Woolloongabba Houses

WILBAR FLATS , 52 Hawthorne Street

The building known as WILBAR FLATS (or Wilbar Apartments) is a good example of what can be done with an old, tired timber house in a good location.

Wilbar Apartments. (State Library of Queensland)

When the Wilson family home on the corner of Hawthorne and Fleurs Streets started to show its age in late 1939 the choice was clear: renovate, build something cost-effective or move. They chose the first option and employed architect Edward J.A. Weller to design a building that would take advantage of their excellent location, be visually attractive but also produce an income.

The outcome was impressive: A new brick building with distinctive curved front and containing two two-bedroom flats was attached to the original home which was turned into two modern flats.

“Simplicity is the keynote in external and internal design – it ensures relative agelessness. where the old building has been made to worthily take its place beside the modern addition, by the simple expedient of removing such remnants of over-decoration as remained after the fusion of the buildings”. (The Truth, 14 April 1940, page 28).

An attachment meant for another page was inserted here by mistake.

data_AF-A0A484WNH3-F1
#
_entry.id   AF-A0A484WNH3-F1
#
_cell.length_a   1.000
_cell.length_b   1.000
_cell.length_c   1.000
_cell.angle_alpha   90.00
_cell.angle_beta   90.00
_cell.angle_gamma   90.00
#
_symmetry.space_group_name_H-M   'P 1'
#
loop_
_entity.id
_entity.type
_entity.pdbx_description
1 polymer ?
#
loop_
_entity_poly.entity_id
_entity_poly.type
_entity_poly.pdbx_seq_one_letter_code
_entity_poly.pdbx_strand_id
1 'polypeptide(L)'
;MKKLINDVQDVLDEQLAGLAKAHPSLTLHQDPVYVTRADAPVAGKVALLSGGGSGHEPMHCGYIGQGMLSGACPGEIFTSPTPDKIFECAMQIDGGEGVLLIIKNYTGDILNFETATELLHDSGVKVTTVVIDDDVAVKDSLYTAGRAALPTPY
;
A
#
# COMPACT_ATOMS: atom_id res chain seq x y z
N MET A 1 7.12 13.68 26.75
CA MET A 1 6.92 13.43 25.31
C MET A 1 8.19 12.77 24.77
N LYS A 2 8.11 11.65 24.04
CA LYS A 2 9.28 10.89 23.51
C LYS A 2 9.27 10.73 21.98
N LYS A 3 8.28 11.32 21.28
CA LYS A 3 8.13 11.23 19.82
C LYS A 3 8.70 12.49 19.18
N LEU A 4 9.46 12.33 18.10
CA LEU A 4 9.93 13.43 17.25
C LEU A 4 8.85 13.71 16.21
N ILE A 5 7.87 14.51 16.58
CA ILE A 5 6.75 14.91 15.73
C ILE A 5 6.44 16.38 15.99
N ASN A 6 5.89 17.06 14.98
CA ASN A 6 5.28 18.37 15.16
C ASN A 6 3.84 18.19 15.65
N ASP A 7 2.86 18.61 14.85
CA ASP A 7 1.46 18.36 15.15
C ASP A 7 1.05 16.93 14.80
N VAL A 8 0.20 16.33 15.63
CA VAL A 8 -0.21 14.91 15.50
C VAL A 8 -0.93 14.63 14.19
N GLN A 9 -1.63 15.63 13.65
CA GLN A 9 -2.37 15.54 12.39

A destructive super-storm on 27 November 2014 which affected large areas of Woolloongabba required the building to be vacated for a while and major repairs carried out.

Multi-Gable house 1923

A typical Queensland high-set house in Woolloongabba in 1923, no location is available.

House near Kingfisher Creek 1950
House near Kingfisher Creek, Woolloongabba, 1950. (Brisbane City Council Archives)
House near Kingfisher Creek, Woolloongabba, 1950. (Brisbane City Council Archives)